- Cover more industries. Several providers mention healthcare, retail, media, and government as other industries they feel should be covered and where they had good client examples that the BFSI report by definition didn’t demonstrate. They also want us to keep studying blockchain in financial services and not stop with just this one report.
- By domain area, IoT and supply chain demonstrate great use cases for blockchain and need further exploration.
CFR’s Take: We’re researching supply chain and IoT in blockchain and agree that they’re great places to explore further. We’re looking at other industries too, but that may take longer depending market developments and other factors.
What Did The Report Miss Or Get Wrong About Your Firm?
Most providers didn’t take us up on the offer to publicly voice their issues with our assessments of their firms, but two did. I edited for space and clarity but otherwise used the exact wording from the providers.
At EPAM, we’re working on different use cases with different clients and we realize that we can group use cases by technical requirements towards blockchain. We created two prototypes (platforms) that cover over a dozen use cases from multiple industries. After review, we realized that this was not very clear in our initial presentation.
More generally, EPAM believes that when it comes to implementing software solutions there are multiple components/layers in the game: Front End, Integration layer, Backend (business logic + storage). Blockchain is a variation of a storage and limited business logic with some features to improve collaboration between parties. There are a number of different Blockchain frameworks available on the market. Most of the core crypto functionality will be addressed by framework developers so there is no urgent need for service providers to have an army of cryptographers (this is good if they have several).
Service providers need to have Architects, Business Analysts, Testers, and Infrastructure Engineers to be able to integrate/use Blockchain into projects. Their readiness should be measured by the core knowledge they have, ability to scale this knowledge, availability of consultative framework, projects completed (PoC, Production), infrastructure readiness, and client feedback.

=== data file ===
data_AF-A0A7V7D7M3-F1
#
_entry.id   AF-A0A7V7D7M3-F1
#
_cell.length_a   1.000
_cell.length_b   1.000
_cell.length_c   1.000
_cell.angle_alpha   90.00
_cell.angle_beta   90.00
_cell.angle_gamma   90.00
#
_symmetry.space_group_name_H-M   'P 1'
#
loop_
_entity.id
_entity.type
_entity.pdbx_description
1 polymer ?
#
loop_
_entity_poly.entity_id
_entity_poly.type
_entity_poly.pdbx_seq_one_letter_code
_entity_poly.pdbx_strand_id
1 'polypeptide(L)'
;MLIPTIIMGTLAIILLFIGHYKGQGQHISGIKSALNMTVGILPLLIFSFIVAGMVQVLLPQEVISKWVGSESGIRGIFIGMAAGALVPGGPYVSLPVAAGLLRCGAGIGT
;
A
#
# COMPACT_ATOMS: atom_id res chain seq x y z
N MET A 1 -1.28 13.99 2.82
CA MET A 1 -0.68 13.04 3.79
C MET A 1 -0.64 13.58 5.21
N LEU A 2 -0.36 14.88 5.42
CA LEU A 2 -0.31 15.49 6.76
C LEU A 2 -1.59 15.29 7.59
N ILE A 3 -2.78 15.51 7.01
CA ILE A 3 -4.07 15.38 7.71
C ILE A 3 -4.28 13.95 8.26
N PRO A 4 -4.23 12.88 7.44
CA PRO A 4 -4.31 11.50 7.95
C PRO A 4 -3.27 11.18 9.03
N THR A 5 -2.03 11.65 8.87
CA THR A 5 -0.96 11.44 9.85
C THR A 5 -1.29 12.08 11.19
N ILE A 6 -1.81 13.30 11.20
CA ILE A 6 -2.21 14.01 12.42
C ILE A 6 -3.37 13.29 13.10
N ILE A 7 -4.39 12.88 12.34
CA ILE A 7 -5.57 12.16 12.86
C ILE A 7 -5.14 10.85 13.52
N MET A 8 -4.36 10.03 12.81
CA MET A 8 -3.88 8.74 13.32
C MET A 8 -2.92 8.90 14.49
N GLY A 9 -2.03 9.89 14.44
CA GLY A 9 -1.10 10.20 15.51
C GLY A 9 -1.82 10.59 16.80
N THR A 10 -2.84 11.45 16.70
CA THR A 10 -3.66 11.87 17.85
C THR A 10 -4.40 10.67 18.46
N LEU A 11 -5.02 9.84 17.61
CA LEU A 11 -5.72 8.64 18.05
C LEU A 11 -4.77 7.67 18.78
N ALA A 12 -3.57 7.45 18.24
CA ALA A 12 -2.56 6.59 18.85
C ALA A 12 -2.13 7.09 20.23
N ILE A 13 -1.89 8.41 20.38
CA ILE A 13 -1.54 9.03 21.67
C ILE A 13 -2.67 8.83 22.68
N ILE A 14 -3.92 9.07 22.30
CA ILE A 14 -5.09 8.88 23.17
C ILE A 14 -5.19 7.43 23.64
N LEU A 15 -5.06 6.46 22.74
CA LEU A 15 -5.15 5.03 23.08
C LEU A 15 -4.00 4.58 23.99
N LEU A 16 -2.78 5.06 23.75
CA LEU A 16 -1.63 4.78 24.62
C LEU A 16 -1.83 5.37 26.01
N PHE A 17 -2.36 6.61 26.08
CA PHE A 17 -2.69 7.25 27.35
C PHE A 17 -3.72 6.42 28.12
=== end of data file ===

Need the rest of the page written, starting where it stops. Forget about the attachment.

IBM thinks HfS may have underestimated IBM’s innovation in blockchain and offered the following further details. (CFR NOTE: IBM also referenced several documents on blockchain that are available on the company’s website for anyone who wants to get into the details behind the statements below.)
IBM thought leadership. IBM, with the support of the Economist, recently surveyed 200 financial institutions in 16 countries on their experience and expectations with blockchains. This study includes findings like:
- Fifteen percent of banks and 14% of financial market institutions surveyed (the early adopters) intend to implement full-scale, commercial blockchain solutions in 2017, and roughly 65% expect to have blockchain solutions in production in the next three years.
- Banks identified three business areas with the highest benefits (reference data, retail payments and consumer lending) and three areas where blockchain-based business models will have the most impact (trade finance, corporate lending and reference data).
- Financial markets institutions are investing most in five areas: identity and KYC, clearing and settlements, collateral management, reference data and corporate actions.
- IBM client innovation leadership with the most centers around the world to help clients get started on their first blockchain project, with IBM Bluemix Garage for Blockchain centers in New York, London, Singapore, and Tokyo. IBM can also dynamically open a “popup” center when and where needed.
- IBM industry innovation leadership, as a founder and leading contributor to the Hyperledger Project.
- IBM offering innovation leadership with IBM Blockchain, based on the Hyperledger Fabric, and available on IBM Bluemix, which enables developers to easily and quickly develop applications while testing security, availability, and performance of a permissioned blockchain network. IBM Bluemix also allows the IBM Blockchain service to be integrated with other Bluemix services such as IoT, Mobile, Analytics and Watson.
Read through this and then don’t forget to add your own thoughts in the comments. Let’s get a dialogue going about blockchain services.